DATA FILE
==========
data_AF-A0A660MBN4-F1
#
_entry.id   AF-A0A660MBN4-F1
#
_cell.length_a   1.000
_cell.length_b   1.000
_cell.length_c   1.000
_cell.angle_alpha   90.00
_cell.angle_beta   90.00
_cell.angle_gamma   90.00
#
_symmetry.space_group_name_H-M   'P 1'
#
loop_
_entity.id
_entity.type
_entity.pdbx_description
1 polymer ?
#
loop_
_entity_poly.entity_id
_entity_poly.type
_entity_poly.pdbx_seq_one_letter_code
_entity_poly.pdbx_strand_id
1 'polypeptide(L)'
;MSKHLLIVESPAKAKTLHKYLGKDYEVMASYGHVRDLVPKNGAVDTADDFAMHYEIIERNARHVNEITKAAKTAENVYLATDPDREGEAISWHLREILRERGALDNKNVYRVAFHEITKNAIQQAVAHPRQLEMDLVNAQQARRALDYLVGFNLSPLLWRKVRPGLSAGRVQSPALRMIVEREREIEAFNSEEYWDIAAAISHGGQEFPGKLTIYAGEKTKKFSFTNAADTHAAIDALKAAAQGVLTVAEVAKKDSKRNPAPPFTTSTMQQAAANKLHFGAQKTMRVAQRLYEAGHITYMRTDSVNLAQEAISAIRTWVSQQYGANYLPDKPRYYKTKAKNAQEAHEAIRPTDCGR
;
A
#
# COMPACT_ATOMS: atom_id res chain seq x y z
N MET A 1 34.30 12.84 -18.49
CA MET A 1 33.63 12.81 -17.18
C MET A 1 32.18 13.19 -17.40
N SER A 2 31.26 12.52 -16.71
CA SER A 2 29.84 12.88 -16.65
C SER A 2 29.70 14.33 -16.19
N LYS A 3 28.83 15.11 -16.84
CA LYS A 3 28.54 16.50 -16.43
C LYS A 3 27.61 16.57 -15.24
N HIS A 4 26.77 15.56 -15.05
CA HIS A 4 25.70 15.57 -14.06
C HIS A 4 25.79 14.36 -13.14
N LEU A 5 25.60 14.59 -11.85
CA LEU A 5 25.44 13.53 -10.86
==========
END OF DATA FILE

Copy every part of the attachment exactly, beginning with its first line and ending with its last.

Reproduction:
data_AF-A0A660MBN4-F1
#
_entry.id   AF-A0A660MBN4-F1
#
_cell.length_a   1.000
_cell.length_b   1.000
_cell.length_c   1.000
_cell.angle_alpha   90.00
_cell.angle_beta   90.00
_cell.angle_gamma   90.00
#
_symmetry.space_group_name_H-M   'P 1'
#
loop_
_entity.id
_entity.type
_entity.pdbx_description
1 polymer ?
#
loop_
_entity_poly.entity_id
_entity_poly.type
_entity_poly.pdbx_seq_one_letter_code
_entity_poly.pdbx_strand_id
1 'polypeptide(L)'
;MSKHLLIVESPAKAKTLHKYLGKDYEVMASYGHVRDLVPKNGAVDTADDFAMHYEIIERNARHVNEITKAAKTAENVYLATDPDREGEAISWHLREILRERGALDNKNVYRVAFHEITKNAIQQAVAHPRQLEMDLVNAQQARRALDYLVGFNLSPLLWRKVRPGLSAGRVQSPALRMIVEREREIEAFNSEEYWDIAAAISHGGQEFPGKLTIYAGEKTKKFSFTNAADTHAAIDALKAAAQGVLTVAEVAKKDSKRNPAPPFTTSTMQQAAANKLHFGAQKTMRVAQRLYEAGHITYMRTDSVNLAQEAISAIRTWVSQQYGANYLPDKPRYYKTKAKNAQEAHEAIRPTDCGR
;
A
#
# COMPACT_ATOMS: atom_id res chain seq x y z
N MET A 1 34.30 12.84 -18.49
CA MET A 1 33.63 12.81 -17.18
C MET A 1 32.18 13.19 -17.40
N SER A 2 31.26 12.52 -16.71
CA SER A 2 29.84 12.88 -16.65
C SER A 2 29.70 14.33 -16.19
N LYS A 3 28.83 15.11 -16.84
CA LYS A 3 28.54 16.50 -16.43
C LYS A 3 27.61 16.57 -15.24
N HIS A 4 26.77 15.56 -15.05
CA HIS A 4 25.70 15.57 -14.06
C HIS A 4 25.79 14.36 -13.14
N LEU A 5 25.60 14.59 -11.85
CA LEU A 5 25.44 13.53 -10.86